Two weeks into what has been a busy free-agency period for the NHL, the big-ticket items are basically gone, although lots of shopping remains to be done.
Salary cap room is the biggest issue for teams still looking to fill holes, but for those with the space, there are some attractive names remaining. Here's a look at some of them:
|Peter Forsberg is undecided whether he wants to play. That's why he's still on the market. (Getty Images)|
Alexei Yashin, C: He'll get about $17 million in buyout money from the Islanders over the next eight years, but at 33 he's young enough to produce for another team for at least part of that time. The question, with Yashin of course, is at what price. He still has a good skill set, but questions about his attitude persist and by the time the playoffs rolled around, the Islanders relegated one of the league's highest-paid players to nominal fourth-line duty. Yashin has had some offers that his agent claims are not worth considering, so he could end up back in Russia.
Danny Markov, D: Sheldon Souray became the last of the high-profile defensemen available this summer when he joined Edmonton on Thursday, but Markov is a good bet for teams looking for a solid second-unit guy. Markov can move the puck and is a physical force in his own end, although he tends to get injured often as a result. He'll be 31 when the season starts and Markov made $2.5 million last season with Detroit.
Michael Peca, C: A fractured tibia cost him the final 46 games of last season, so his experience with the Maple Leafs wasn't memorable. But when healthy, the veteran is still one of the better two-way centers in the league and enough of a leader to have been a captain during his career. Toronto has some interest in bringing him back, but may not be able to fit the $2.5 million it paid him last season with its cap.
Andy Sutton, D: He's flown under the radar by playing in Atlanta for the last five seasons, but Sutton is an effective, top-four defenseman who adds a lot of size to the back end. Sutton is a good shutdown type who has been around the NHL for eight seasons, and he shoots the puck well from the point. He made $1.9 million last season.
Eric Lindros, C: These days it's hard to imagine Lindros was once one of the most hyped players to enter the NHL, because a series of concussions and injuries have hampered his career so much over his 13 seasons. Obviously he's not the force he was when he broke in, but Lindros can still be an imposing and productive presence -– when he stays healthy. He's a risk, but if he takes less than the $2.5 million he got from Dallas last season, he might be worth it.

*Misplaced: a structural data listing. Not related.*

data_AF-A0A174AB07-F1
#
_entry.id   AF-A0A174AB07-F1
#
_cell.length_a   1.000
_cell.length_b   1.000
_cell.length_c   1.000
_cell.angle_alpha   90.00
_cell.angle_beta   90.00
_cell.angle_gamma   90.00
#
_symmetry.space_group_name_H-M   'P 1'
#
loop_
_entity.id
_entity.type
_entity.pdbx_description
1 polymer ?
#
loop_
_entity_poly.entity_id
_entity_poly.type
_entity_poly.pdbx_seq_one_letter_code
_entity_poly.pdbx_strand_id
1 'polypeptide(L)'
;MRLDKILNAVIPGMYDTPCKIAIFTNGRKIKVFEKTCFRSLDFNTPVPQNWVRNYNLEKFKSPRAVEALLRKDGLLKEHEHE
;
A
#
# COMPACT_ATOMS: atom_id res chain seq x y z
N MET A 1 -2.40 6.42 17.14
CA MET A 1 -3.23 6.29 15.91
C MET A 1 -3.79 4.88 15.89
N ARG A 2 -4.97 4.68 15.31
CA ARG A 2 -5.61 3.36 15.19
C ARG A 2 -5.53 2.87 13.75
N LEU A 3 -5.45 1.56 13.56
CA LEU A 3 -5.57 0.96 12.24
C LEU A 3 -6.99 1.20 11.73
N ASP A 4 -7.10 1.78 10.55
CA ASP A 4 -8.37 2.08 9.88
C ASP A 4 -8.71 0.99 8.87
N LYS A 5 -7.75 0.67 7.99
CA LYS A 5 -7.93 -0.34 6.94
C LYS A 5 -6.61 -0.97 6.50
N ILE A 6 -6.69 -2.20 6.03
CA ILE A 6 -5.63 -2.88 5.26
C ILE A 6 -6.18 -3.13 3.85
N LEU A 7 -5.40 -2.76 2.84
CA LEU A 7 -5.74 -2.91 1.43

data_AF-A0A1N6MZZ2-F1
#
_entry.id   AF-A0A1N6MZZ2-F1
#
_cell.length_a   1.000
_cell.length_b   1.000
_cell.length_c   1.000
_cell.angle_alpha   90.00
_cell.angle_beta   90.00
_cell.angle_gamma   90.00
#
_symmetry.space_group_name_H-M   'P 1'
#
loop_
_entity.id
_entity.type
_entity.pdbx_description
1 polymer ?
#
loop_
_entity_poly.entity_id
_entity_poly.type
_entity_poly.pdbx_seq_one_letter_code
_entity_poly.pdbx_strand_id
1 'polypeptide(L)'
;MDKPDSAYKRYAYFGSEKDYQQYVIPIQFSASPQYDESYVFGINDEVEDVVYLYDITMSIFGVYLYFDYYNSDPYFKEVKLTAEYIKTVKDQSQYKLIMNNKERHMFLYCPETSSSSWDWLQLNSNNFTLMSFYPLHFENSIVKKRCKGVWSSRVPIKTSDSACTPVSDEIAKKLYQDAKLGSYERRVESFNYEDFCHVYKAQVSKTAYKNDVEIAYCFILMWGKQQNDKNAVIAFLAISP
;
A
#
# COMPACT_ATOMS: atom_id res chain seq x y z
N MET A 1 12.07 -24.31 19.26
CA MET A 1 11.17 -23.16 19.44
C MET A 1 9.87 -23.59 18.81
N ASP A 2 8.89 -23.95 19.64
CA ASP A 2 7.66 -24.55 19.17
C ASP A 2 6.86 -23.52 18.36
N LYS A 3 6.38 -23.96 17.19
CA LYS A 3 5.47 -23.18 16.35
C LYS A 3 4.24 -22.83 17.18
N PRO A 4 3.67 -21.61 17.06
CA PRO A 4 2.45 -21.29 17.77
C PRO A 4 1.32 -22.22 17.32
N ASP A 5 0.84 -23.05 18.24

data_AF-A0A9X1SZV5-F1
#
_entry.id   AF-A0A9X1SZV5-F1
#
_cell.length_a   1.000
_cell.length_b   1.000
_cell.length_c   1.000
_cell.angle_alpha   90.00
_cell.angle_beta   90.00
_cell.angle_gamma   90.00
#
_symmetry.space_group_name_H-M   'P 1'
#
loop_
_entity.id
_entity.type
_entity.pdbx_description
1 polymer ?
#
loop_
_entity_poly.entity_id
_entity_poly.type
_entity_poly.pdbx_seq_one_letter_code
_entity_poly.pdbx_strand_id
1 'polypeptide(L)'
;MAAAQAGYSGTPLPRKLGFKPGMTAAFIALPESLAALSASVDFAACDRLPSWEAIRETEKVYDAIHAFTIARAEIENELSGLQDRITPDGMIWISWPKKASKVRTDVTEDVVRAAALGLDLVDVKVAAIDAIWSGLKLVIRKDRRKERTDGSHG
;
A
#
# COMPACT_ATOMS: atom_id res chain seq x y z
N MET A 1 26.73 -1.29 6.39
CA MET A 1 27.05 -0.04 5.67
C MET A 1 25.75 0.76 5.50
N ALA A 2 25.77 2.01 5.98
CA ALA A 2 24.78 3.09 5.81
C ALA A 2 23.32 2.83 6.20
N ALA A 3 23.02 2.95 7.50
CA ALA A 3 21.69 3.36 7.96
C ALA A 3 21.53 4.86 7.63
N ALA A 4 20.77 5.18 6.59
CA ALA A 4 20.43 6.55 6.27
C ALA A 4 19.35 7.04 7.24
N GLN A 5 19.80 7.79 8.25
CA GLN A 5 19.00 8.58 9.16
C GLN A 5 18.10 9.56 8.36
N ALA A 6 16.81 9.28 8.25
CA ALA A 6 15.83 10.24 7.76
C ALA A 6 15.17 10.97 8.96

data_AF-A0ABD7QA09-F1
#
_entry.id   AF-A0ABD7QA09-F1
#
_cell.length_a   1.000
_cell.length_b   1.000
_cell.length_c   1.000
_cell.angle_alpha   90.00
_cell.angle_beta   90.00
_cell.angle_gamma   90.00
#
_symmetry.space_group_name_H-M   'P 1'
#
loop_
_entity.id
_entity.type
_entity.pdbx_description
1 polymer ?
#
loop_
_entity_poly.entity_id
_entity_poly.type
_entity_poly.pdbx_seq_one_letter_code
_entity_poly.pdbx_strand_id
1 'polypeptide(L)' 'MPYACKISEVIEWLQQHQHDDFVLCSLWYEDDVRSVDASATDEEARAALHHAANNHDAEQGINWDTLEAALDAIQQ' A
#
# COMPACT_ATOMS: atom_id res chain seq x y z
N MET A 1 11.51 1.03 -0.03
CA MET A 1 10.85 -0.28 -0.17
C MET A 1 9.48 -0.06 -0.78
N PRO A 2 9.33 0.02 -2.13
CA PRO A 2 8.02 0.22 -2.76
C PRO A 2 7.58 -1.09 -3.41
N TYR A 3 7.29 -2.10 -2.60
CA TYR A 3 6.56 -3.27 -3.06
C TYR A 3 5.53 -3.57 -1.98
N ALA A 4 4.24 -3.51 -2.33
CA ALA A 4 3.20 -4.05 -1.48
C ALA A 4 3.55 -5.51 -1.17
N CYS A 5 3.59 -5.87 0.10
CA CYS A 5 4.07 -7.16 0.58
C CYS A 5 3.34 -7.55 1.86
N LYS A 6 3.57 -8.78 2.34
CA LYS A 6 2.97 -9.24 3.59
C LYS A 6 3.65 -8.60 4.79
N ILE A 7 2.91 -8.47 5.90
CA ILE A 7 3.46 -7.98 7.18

Martin Gelinas, LW: The cliché giving it "110 percent" was invented for guys like him. Gelinas is 37 and has been around for 18 years, but he spent the last two seasons in a demoralizing environment with the Florida Panthers playing each night like he was in the Stanley Cup Finals. He's a third-line guy, basically, but Gelinas can handle a variety of roles well and won't cost more than a $1 million a season.
David Tanabe, D: He was a first-round draft pick in 1999, but Tanabe has never lived up to his potential in seven NHL seasons with three teams. He finished last season with Carolina, the team that originally drafted him, but even though he made only $900,000, the Hurricanes let him test the market. He can really skate and move the puck and he's about to turn 27, so he could be worth taking a chance on for a nominal price.
Ossi Vaananen, D: He's a big, durable, stay-at-home type of defenseman who loves to play a physical game. Vaananen won't put up much by way of points, but he won't hurt anyone in his own end and he's only 26. Vaananen's salary was slightly under $1 million last season with Colorado.
Brent Sopel, D: The Canucks have stockpiled defensemen, which makes Sopel, who finished the season in Vancouver -- where he began his career in 1998 -- expendable. Sopel is prone to mistakes in his own end, but has a great shot from the point and can play a physical type of game. He should be a top-four defenseman on most teams, and he made $2.4 million last season.
Tony Amonte, RW: He'll be 37 in a couple of weeks and isn't anywhere near the offensive force he once was, but Amonte can still skate and shoot the puck. He adapted his game to fit the role he was given in Calgary, where he made $1.85 million last year, and can still contribute to teams who need some added veteran presence.